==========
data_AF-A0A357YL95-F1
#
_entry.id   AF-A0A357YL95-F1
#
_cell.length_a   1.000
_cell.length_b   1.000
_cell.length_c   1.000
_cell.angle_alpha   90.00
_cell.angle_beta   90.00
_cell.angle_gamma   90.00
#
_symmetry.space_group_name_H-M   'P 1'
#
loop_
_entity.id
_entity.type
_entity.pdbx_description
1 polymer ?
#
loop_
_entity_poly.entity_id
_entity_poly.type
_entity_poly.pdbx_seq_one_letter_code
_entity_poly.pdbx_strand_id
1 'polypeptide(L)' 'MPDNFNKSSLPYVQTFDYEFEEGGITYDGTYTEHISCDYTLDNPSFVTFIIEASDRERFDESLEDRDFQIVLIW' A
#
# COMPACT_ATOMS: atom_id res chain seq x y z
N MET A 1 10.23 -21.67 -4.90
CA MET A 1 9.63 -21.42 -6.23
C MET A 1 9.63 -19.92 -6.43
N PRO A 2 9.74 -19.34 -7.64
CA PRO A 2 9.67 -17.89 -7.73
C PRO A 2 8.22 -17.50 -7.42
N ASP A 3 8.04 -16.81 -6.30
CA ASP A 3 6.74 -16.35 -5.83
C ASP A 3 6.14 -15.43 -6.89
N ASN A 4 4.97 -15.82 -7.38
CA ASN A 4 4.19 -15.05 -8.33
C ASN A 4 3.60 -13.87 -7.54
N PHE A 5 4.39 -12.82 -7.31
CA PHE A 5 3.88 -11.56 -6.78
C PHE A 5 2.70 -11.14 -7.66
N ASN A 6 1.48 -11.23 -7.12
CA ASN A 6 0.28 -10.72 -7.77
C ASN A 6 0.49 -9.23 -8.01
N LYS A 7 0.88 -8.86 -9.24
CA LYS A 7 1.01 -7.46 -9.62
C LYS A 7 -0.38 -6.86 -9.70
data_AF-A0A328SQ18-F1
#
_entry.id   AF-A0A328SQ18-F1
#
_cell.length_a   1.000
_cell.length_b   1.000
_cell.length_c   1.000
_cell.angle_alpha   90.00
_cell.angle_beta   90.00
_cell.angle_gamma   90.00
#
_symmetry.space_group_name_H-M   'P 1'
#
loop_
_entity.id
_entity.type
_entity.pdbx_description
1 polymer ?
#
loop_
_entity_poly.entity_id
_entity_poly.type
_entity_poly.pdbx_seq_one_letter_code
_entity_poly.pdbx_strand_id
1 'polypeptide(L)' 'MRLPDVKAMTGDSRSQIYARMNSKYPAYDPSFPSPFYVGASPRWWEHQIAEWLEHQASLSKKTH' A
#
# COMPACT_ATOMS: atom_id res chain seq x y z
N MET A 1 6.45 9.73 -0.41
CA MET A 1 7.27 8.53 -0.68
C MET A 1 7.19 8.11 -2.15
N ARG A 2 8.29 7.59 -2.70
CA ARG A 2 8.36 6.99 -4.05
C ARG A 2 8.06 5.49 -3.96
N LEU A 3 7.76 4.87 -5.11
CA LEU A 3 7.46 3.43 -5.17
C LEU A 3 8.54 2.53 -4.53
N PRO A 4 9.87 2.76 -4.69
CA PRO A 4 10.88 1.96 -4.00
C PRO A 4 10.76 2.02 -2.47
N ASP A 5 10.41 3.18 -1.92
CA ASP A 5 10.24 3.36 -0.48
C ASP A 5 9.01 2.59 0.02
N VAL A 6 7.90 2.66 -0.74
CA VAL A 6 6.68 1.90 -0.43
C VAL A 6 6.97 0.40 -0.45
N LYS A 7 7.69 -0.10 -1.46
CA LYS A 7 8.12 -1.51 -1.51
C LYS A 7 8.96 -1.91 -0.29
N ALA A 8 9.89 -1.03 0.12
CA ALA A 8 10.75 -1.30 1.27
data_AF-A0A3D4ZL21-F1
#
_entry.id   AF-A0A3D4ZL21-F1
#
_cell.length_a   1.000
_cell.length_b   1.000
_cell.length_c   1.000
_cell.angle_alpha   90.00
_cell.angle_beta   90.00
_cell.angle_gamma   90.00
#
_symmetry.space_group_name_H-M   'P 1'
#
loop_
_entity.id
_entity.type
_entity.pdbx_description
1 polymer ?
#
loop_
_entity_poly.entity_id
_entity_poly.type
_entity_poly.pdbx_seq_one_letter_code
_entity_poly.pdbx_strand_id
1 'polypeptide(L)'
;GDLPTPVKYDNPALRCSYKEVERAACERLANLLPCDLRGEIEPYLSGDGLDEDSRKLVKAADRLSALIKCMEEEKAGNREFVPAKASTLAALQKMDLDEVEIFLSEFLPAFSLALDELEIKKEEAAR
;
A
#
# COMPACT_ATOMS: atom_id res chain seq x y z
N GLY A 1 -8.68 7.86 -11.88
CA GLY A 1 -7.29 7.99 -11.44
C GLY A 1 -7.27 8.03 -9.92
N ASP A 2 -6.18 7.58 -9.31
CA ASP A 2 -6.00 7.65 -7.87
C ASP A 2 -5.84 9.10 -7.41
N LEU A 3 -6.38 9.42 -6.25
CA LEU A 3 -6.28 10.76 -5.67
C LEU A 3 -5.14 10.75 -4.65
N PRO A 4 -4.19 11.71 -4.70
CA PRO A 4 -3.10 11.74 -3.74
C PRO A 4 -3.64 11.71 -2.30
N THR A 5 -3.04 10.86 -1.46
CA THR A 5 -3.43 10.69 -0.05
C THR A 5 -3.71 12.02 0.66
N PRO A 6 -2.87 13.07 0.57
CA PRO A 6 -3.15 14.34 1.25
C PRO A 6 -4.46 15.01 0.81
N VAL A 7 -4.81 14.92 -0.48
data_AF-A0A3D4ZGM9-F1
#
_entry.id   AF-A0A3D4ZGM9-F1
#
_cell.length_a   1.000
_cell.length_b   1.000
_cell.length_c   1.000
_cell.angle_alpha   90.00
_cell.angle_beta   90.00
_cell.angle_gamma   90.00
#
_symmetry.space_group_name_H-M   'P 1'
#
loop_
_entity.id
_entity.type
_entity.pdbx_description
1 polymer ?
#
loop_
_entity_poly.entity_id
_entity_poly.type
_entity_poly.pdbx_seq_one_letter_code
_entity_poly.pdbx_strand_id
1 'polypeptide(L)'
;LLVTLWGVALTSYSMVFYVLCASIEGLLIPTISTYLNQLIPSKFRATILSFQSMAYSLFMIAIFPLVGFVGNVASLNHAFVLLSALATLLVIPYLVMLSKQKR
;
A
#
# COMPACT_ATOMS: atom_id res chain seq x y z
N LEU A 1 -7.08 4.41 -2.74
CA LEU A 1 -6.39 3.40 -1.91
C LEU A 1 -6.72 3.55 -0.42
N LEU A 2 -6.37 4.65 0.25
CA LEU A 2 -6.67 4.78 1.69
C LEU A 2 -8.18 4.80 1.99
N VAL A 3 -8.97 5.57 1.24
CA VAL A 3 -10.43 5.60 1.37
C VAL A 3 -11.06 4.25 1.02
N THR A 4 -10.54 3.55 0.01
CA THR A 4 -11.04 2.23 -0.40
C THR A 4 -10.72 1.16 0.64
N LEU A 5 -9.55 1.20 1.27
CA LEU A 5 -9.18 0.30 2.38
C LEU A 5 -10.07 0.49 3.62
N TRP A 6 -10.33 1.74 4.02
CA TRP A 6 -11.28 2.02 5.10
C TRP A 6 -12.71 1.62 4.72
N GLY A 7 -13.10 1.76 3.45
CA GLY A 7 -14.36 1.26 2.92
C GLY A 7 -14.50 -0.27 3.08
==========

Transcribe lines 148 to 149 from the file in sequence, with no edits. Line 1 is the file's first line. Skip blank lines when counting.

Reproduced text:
data_AF-A0A3D4ZGM9-F1
#